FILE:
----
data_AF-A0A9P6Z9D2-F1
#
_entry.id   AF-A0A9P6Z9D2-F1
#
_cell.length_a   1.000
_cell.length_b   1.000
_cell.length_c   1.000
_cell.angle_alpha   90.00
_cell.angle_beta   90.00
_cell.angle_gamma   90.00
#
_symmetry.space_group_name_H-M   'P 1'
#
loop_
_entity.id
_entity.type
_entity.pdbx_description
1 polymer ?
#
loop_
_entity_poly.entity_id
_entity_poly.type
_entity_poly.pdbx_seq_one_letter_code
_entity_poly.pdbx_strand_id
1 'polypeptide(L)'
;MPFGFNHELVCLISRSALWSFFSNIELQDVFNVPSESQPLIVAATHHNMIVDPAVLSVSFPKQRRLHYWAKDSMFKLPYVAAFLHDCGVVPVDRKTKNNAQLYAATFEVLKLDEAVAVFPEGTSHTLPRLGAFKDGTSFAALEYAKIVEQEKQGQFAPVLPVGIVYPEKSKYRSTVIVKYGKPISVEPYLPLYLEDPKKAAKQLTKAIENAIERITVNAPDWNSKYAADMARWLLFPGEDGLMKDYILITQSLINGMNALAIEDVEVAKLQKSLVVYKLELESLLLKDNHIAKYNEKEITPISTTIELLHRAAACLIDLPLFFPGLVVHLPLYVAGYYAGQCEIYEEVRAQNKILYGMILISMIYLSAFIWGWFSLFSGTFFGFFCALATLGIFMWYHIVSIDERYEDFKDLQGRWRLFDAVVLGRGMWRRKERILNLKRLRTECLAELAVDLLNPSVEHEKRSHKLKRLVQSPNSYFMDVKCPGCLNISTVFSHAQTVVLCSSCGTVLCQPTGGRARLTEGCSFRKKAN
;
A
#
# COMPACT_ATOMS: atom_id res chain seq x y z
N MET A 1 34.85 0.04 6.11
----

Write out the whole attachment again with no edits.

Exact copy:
data_AF-A0A9P6Z9D2-F1
#
_entry.id   AF-A0A9P6Z9D2-F1
#
_cell.length_a   1.000
_cell.length_b   1.000
_cell.length_c   1.000
_cell.angle_alpha   90.00
_cell.angle_beta   90.00
_cell.angle_gamma   90.00
#
_symmetry.space_group_name_H-M   'P 1'
#
loop_
_entity.id
_entity.type
_entity.pdbx_description
1 polymer ?
#
loop_
_entity_poly.entity_id
_entity_poly.type
_entity_poly.pdbx_seq_one_letter_code
_entity_poly.pdbx_strand_id
1 'polypeptide(L)'
;MPFGFNHELVCLISRSALWSFFSNIELQDVFNVPSESQPLIVAATHHNMIVDPAVLSVSFPKQRRLHYWAKDSMFKLPYVAAFLHDCGVVPVDRKTKNNAQLYAATFEVLKLDEAVAVFPEGTSHTLPRLGAFKDGTSFAALEYAKIVEQEKQGQFAPVLPVGIVYPEKSKYRSTVIVKYGKPISVEPYLPLYLEDPKKAAKQLTKAIENAIERITVNAPDWNSKYAADMARWLLFPGEDGLMKDYILITQSLINGMNALAIEDVEVAKLQKSLVVYKLELESLLLKDNHIAKYNEKEITPISTTIELLHRAAACLIDLPLFFPGLVVHLPLYVAGYYAGQCEIYEEVRAQNKILYGMILISMIYLSAFIWGWFSLFSGTFFGFFCALATLGIFMWYHIVSIDERYEDFKDLQGRWRLFDAVVLGRGMWRRKERILNLKRLRTECLAELAVDLLNPSVEHEKRSHKLKRLVQSPNSYFMDVKCPGCLNISTVFSHAQTVVLCSSCGTVLCQPTGGRARLTEGCSFRKKAN
;
A
#
# COMPACT_ATOMS: atom_id res chain seq x y z
N MET A 1 34.85 0.04 6.11